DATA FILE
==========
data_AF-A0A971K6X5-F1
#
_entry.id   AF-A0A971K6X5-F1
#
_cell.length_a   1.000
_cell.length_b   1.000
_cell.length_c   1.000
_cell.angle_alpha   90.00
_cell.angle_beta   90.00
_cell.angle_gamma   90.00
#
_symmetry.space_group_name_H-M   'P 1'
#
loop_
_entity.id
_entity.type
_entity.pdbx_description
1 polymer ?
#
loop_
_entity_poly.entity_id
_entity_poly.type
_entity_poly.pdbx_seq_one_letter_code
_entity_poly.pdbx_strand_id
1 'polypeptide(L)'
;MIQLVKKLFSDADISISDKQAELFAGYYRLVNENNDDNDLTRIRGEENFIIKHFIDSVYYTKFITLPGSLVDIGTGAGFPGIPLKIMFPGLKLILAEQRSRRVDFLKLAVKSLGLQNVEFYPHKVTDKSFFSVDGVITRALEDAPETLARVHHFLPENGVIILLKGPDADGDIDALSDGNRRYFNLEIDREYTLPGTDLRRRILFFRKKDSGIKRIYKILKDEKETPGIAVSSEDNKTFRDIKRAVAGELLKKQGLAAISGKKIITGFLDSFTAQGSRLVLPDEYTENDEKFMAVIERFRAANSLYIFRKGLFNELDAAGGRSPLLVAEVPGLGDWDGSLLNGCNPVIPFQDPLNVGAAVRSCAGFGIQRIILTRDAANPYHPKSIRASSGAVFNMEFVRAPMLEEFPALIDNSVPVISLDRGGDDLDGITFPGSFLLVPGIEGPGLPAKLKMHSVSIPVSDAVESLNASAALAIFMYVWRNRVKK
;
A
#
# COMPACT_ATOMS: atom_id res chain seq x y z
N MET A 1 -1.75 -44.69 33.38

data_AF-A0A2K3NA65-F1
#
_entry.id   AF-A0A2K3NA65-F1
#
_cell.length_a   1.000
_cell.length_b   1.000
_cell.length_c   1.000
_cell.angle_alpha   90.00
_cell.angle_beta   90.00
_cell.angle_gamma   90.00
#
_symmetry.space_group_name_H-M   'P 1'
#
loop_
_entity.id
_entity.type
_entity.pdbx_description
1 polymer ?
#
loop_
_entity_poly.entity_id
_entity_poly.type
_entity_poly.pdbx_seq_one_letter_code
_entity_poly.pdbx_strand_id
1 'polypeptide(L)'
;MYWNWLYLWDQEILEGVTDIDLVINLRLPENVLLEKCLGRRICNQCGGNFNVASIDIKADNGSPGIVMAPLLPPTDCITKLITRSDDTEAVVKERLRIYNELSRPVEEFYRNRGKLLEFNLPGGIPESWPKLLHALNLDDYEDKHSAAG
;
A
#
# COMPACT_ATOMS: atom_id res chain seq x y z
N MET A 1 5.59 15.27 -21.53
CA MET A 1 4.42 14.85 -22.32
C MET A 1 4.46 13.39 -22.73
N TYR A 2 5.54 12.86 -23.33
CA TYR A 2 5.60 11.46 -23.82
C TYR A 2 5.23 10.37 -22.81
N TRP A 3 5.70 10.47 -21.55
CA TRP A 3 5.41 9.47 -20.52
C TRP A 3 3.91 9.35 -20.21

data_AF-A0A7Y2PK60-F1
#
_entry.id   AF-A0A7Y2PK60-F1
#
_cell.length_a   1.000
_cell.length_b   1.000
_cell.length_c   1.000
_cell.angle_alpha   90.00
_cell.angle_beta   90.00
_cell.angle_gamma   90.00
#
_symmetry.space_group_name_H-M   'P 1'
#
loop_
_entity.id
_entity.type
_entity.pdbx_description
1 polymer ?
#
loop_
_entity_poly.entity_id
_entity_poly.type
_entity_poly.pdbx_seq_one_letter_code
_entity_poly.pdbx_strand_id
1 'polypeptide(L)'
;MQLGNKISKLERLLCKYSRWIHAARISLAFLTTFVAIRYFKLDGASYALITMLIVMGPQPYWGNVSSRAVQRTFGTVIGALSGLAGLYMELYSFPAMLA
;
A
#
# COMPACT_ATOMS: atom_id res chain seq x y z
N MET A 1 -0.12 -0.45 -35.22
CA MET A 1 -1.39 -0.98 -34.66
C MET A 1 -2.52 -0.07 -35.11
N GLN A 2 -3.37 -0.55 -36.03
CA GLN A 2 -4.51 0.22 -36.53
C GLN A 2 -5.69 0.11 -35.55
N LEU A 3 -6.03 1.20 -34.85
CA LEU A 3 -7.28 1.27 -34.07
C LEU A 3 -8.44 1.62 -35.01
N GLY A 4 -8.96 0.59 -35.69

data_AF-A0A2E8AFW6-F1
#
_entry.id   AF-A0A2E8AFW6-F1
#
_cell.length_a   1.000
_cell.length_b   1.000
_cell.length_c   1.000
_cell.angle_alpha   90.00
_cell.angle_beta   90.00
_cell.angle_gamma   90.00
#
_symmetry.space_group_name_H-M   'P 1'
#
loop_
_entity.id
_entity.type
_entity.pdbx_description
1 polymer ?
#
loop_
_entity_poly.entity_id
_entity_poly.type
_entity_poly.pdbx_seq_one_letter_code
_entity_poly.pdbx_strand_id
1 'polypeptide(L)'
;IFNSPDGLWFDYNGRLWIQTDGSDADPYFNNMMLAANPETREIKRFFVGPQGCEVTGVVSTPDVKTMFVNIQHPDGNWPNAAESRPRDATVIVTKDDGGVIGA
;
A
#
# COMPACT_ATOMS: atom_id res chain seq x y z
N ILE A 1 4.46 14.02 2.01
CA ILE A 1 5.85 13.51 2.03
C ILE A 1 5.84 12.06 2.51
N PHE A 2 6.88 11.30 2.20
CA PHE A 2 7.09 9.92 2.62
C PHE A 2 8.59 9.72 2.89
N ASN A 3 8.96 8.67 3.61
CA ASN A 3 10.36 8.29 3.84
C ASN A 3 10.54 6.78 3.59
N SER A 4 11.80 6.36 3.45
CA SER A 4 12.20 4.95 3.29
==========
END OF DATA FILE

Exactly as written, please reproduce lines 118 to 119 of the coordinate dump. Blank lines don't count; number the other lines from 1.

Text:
_cell.angle_alpha   90.00
_cell.angle_beta   90.00